Stevens started recording Christmas songs several years back as a way to help himself appreciate the holiday more, and he's released several holiday albums and EPs of traditional and original holiday tunes.
The show starts at over-the-top and takes off from there: Musicians dress in costume -- Superman, snowman, angel, etc.; there's a huge game show wheel used for choosing sing-along Christmas songs; inflatable Santa Claus and unicorn (yes, unicorn) toys are hurled into the audience; there's a bubble machine, confetti and tinsel all over the place.
It's a simultaneous send-up and celebration of Christmas -- all the things that make the holiday, or at least the way we celebrate it -- overwhelming, stressful, crazy and wonderful. It was an exorcism of holiday angst.
Stevens is a brilliant musician and arranger -- maybe even his generation's Brian Wilson. His original holiday music is filled with great melodies and harmonies (his band is also great) and sometimes hilarious, sometimes heart-breaking lyrics.
It was a fun show, with wonderful music performances by the band and plenty of opportunities for audience participation. Members of the crowd were selected to spin the "Wheel of Christmas" and we all sang-along to seasonal favorites -- they'd even handed out a book of lyrics.
I came away more relaxed and amused about the holiday, but appreciating its significance and meaning. I'm better-prepared to really enjoy Christmas this year with friends and family, which I think was Stevens' aim. No matter how annoying, how crazy and how overwhelming this season can be, we're all in it together. It's ridiculous and fun, and we're all going to be ok.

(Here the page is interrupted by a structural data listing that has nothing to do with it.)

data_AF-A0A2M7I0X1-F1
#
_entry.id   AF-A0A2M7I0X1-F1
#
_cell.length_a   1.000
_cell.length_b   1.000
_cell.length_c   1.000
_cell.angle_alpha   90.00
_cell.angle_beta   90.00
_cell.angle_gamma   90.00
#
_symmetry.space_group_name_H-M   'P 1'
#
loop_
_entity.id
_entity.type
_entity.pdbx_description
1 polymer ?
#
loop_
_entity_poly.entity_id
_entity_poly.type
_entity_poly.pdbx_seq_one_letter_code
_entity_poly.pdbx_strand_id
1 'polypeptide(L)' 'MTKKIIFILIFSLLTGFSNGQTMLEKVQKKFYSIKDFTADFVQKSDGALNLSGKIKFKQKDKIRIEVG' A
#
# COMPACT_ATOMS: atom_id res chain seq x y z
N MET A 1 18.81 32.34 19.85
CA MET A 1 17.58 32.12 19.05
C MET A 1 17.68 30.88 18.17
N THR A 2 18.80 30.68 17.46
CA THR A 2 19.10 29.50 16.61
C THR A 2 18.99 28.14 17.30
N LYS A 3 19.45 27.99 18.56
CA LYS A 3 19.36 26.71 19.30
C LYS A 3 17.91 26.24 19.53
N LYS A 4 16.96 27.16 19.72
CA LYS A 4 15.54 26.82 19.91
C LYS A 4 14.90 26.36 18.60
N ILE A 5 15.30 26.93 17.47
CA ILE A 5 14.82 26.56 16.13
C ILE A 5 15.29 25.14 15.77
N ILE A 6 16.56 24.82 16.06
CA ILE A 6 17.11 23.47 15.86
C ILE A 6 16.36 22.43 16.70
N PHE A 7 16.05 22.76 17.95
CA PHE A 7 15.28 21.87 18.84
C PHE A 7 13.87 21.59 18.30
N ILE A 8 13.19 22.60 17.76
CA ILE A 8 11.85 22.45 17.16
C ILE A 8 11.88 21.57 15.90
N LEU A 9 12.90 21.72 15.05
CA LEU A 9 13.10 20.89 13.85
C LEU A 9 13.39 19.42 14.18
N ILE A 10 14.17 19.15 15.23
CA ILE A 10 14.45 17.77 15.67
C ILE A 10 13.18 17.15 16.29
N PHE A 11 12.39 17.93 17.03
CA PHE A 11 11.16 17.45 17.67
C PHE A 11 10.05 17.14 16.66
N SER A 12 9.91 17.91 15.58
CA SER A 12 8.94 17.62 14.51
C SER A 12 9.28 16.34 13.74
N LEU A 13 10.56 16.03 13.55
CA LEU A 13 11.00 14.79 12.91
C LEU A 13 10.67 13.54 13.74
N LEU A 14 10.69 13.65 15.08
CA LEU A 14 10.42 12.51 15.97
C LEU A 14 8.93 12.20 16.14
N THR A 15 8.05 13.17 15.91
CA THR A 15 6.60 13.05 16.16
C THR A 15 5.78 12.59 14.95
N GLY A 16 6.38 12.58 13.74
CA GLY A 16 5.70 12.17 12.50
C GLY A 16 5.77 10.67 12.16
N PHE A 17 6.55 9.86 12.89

The tour is still on. Catch it if you can. Here's video from a recent performance, to give you a taste:
Holidaydream: Sounds of the Holidays Vol. One by the Polyphonic Spree. In a similar mode to Sufjan Stevens musically, this album is full of classic and original holiday tunes performed by Tom DeLaughter and his alt pop choir.
The thing that's great about the Spree is all those voices. DeLaughter, formerly of Tripping Daisy, takes the lead vocals backed a huge array of backing vocalists. It sounds great on the Spree's exuberant, sunshine pop-influenced original songs, and is a natural fit for Christmas music -- really bringing out the spirit and joy of the holidays.
The only tune that didn't click for me was the super slow take on "Silver Bells," which drains the life out of the song. Thankfully, the group does an up-tempo "reprise" of the song, which sounds fantastic.
Other traditional songs covered include John Lennon's "Happy Xmas (War is Over)" (as timely as ever, sadly), "Silent Night," "Little Drummer Boy," "Winter Wonderland" and a trippy, psychedelic take on "Do You Hear What I Hear," which sounds awesome.
I don't know if it'll become a seasonal favorite, but this is certainly a nice addition to my holiday music collection.